“All Black Everything” is one of the most powerful songs of the album–the perfect combination between two states of anger: U.K. hardcore punks Gallows & TBB. Songs “Kill or Be Killed” with Leafar Seyer of Prayers, “Irreversible” with Anders Friden of In Flames and “Enter The Void” with Foxy Shazam’s Eric Nally emerged.
This creative process requires more work and concentration, but that modus operandi suits Rifo. “You have to take the time to create something consistently relevant,” he stresses. In an era where rapidfire accumulation of likes and retweets mint new “pop culture” icons in moments, Rifo strives to create true counterculture, investing hours, ideas, and energy to make art that rubs against the grain.
Towards that end, he continues to work with Tanino Liberatore, the legendary Italian comic author and illustrator for the cover of The Great Electronic Swindle. An early and enduring inspiration to Rifo, Liberatore created RanXerox, one of the most iconic anti-heroes featured in the pages of Heavy Metal. Record collectors will recognize Liberatore’s work from album covers including Frank Zappa’s The Man from Utopia, and his striking images—previously showcased on the sleeve art for Romborama and Hide—remain an integral element of Rifo’s visual presentation.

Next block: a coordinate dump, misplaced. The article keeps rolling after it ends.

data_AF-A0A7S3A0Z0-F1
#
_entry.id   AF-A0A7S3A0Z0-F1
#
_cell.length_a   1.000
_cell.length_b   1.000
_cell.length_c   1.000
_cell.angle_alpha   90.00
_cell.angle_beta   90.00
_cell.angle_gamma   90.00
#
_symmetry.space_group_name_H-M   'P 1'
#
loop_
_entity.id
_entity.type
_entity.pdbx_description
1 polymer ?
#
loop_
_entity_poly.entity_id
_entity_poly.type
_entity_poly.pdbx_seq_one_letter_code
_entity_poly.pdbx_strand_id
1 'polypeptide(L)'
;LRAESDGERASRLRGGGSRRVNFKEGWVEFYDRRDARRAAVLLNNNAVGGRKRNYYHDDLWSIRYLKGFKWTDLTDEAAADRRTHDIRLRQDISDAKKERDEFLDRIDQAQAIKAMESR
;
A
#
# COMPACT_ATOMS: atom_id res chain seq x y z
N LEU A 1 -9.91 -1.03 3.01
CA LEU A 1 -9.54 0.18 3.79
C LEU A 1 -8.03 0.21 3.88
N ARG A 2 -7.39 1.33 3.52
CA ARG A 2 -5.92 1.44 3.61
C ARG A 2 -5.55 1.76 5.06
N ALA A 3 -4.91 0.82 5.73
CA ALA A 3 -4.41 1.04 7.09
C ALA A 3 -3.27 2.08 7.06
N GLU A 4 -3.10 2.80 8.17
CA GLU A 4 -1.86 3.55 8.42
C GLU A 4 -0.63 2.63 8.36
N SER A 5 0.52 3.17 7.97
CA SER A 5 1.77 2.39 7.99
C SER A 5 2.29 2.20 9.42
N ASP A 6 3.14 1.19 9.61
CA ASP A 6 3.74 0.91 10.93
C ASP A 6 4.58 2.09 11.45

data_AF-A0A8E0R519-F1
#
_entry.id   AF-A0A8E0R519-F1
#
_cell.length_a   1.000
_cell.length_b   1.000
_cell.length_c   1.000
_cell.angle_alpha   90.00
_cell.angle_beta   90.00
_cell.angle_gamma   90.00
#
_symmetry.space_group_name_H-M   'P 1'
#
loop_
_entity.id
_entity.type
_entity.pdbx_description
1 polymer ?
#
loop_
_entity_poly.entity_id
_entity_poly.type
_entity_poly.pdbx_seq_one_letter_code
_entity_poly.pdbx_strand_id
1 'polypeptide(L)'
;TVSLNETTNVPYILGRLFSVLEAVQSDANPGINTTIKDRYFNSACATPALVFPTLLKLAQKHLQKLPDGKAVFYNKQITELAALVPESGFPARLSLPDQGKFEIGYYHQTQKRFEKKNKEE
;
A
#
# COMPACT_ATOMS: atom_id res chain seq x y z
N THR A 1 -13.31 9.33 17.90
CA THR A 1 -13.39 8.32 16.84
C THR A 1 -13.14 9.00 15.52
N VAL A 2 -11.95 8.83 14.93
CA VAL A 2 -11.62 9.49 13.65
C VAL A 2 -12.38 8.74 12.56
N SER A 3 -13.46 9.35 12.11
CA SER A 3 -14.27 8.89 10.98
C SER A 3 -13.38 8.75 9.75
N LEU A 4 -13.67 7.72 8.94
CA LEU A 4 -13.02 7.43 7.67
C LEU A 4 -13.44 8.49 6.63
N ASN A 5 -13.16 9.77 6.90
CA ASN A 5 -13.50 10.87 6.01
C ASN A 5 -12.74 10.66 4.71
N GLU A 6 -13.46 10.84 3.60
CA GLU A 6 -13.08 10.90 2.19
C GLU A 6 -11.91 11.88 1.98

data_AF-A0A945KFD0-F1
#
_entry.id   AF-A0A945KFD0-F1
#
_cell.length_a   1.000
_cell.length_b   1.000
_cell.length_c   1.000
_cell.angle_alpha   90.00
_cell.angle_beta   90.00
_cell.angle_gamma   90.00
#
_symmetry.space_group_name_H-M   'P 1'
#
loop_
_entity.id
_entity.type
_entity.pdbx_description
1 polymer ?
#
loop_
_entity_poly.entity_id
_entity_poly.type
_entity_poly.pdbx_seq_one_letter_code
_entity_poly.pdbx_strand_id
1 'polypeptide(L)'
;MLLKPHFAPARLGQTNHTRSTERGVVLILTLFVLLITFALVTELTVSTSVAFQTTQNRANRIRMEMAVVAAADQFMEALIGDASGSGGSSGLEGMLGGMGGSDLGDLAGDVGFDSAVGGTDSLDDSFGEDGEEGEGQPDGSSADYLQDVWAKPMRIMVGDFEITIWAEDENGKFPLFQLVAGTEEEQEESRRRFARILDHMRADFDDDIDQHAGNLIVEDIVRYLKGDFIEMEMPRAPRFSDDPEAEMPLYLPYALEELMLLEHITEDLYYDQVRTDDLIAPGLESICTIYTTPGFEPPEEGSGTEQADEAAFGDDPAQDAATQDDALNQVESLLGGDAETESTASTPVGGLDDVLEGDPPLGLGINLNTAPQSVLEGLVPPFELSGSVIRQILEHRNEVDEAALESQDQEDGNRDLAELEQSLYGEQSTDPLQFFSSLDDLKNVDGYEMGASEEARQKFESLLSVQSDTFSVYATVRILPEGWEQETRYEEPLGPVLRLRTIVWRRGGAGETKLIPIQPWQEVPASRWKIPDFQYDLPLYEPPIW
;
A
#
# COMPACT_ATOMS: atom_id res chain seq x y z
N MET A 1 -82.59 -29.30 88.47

“I want to open a little window on to the meaning of freedom, and what art and music should be in a society,” concludes Rifo. As he celebrates the tenth anniversary of Bloody Beetroots with a reinvigorated attitude and his best music yet, he’s quick to reiterate that this is only the latest chapter in a story that’s still unfolding. “As long as I’m vertical, I’ve got to keep evolving.”
The Bloody Beetroots’ The Great Electronic Swindle